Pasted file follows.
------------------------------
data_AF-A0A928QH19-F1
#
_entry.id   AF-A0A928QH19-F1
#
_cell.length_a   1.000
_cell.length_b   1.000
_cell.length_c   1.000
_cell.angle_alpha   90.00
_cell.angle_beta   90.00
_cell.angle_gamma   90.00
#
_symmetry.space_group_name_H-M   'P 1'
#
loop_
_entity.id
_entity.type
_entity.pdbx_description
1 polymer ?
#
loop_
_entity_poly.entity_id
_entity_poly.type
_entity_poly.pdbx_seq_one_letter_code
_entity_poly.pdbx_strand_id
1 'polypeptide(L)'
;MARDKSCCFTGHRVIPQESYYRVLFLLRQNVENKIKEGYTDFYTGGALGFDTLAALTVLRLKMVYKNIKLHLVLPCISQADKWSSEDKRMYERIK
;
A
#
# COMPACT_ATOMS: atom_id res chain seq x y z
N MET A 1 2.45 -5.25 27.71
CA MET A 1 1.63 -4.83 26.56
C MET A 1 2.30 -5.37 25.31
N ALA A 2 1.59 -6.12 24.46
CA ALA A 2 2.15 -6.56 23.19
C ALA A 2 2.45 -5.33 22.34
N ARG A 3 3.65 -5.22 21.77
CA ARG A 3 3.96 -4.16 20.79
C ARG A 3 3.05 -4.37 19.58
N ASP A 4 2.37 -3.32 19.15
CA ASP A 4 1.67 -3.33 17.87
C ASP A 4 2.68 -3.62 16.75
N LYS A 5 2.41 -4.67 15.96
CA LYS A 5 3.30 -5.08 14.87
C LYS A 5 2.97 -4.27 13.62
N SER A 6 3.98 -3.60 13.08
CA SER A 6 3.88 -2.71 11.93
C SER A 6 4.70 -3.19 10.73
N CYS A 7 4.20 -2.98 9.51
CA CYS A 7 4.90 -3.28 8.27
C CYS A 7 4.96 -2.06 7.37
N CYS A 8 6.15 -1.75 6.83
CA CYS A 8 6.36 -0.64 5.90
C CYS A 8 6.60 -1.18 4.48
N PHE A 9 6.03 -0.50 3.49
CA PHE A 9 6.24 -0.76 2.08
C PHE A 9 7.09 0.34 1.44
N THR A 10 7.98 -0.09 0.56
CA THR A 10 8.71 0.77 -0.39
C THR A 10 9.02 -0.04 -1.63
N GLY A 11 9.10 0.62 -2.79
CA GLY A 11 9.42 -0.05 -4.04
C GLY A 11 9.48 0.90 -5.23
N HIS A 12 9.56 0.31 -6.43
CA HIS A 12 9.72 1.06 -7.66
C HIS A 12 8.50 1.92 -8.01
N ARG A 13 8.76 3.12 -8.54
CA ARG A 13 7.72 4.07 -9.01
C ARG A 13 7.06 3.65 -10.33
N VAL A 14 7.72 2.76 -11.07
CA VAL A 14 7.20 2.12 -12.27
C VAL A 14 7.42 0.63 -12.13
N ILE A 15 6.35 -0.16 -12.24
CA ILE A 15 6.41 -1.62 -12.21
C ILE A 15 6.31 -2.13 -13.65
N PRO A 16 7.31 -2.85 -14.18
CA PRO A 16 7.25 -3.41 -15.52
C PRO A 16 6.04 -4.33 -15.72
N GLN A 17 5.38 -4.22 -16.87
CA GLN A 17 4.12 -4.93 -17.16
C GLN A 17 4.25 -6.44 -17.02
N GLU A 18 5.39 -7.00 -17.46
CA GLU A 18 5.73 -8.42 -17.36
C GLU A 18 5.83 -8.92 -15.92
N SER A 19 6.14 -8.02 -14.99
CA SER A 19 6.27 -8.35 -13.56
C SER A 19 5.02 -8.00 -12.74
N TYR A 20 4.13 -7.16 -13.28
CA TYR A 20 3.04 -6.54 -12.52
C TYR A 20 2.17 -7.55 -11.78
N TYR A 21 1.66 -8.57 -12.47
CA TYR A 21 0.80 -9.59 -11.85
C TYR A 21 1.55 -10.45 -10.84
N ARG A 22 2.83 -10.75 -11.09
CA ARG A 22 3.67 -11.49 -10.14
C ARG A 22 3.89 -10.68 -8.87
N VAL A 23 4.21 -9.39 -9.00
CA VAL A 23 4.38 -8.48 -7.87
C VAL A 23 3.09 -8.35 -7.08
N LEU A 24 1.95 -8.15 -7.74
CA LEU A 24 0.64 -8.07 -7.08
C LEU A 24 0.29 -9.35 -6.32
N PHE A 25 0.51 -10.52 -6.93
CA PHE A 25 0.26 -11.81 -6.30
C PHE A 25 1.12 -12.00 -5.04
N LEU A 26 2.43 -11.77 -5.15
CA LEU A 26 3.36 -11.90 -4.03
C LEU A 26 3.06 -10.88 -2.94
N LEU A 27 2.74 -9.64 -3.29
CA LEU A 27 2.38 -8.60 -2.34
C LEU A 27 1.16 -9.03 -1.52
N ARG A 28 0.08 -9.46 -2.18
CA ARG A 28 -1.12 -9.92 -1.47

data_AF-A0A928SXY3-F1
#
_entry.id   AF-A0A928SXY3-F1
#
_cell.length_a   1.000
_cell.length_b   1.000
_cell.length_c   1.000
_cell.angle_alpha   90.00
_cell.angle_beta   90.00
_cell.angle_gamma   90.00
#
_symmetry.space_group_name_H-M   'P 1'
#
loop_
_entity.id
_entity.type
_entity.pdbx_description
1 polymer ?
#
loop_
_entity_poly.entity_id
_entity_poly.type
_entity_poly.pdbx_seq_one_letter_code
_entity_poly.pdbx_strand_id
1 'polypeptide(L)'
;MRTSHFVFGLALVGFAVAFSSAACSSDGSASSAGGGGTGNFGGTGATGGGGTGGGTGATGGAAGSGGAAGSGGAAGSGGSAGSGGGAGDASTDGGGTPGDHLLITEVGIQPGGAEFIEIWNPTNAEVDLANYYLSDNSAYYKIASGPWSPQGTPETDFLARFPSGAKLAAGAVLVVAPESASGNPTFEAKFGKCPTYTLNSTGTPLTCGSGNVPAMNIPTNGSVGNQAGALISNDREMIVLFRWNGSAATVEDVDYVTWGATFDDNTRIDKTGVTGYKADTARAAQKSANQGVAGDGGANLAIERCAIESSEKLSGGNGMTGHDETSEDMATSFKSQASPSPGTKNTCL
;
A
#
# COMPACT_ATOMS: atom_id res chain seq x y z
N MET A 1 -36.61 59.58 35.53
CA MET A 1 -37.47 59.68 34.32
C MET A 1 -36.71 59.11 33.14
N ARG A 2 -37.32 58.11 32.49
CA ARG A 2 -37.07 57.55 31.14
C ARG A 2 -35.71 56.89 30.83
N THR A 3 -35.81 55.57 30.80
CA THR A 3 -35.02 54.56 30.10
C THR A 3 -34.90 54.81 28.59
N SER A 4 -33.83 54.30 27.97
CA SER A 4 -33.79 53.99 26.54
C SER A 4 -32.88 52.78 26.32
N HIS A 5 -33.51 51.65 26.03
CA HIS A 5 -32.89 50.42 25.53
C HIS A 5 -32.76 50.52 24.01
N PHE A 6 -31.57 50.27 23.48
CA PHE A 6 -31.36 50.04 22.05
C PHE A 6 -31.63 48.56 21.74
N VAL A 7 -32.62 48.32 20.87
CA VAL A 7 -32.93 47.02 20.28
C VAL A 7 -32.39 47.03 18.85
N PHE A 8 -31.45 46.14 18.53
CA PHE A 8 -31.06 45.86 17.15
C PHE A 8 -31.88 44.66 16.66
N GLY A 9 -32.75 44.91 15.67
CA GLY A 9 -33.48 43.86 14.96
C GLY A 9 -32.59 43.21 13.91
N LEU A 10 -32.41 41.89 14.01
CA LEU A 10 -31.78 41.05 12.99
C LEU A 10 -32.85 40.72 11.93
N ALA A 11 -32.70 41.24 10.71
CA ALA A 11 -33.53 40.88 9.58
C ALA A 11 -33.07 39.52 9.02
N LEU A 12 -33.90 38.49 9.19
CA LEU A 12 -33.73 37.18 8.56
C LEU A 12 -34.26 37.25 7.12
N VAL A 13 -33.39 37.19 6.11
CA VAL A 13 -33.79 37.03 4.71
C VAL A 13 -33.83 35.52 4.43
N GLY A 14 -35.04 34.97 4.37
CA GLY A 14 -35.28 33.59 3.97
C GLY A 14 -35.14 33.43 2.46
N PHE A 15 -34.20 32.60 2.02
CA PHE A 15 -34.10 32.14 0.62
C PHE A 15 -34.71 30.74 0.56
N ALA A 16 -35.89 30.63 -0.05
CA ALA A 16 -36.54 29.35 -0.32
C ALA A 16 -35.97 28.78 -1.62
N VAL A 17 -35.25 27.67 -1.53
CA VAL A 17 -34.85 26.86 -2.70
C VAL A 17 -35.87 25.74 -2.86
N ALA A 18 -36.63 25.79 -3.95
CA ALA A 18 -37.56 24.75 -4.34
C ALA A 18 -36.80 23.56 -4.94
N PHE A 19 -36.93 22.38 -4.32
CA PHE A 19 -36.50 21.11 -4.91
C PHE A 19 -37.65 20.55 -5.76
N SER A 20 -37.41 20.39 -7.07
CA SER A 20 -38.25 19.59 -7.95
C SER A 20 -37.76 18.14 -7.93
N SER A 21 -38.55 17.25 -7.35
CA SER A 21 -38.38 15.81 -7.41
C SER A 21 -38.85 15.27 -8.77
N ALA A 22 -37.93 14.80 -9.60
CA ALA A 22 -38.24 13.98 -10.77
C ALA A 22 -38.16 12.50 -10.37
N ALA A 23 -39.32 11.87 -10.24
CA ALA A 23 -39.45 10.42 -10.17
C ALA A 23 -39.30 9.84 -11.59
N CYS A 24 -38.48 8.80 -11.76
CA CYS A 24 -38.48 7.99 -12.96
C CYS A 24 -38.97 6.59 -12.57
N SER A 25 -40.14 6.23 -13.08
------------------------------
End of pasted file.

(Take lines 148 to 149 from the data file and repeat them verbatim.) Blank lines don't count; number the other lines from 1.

CA ARG A 2 -37.07 57.55 31.14
C ARG A 2 -35.71 56.89 30.83